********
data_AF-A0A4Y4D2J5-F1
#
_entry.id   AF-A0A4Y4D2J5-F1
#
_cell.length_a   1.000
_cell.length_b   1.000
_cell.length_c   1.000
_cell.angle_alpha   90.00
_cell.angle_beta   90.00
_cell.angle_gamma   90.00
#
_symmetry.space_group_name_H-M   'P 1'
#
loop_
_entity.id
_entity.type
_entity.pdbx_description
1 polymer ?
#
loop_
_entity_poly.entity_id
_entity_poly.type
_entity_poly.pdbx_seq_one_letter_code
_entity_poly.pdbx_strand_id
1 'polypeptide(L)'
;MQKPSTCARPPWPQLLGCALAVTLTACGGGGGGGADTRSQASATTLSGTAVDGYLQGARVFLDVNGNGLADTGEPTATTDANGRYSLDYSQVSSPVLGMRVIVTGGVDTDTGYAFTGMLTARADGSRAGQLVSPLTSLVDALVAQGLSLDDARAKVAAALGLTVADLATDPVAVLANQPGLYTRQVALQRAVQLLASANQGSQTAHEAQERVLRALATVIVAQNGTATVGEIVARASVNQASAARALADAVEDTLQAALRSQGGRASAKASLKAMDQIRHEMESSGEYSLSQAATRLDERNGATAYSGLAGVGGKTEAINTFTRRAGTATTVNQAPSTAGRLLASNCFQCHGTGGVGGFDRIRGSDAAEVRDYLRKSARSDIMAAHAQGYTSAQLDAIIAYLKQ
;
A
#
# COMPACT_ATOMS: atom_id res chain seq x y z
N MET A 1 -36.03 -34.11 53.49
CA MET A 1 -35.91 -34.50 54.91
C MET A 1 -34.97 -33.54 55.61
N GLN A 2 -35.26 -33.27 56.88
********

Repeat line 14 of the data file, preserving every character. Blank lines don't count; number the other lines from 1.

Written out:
loop_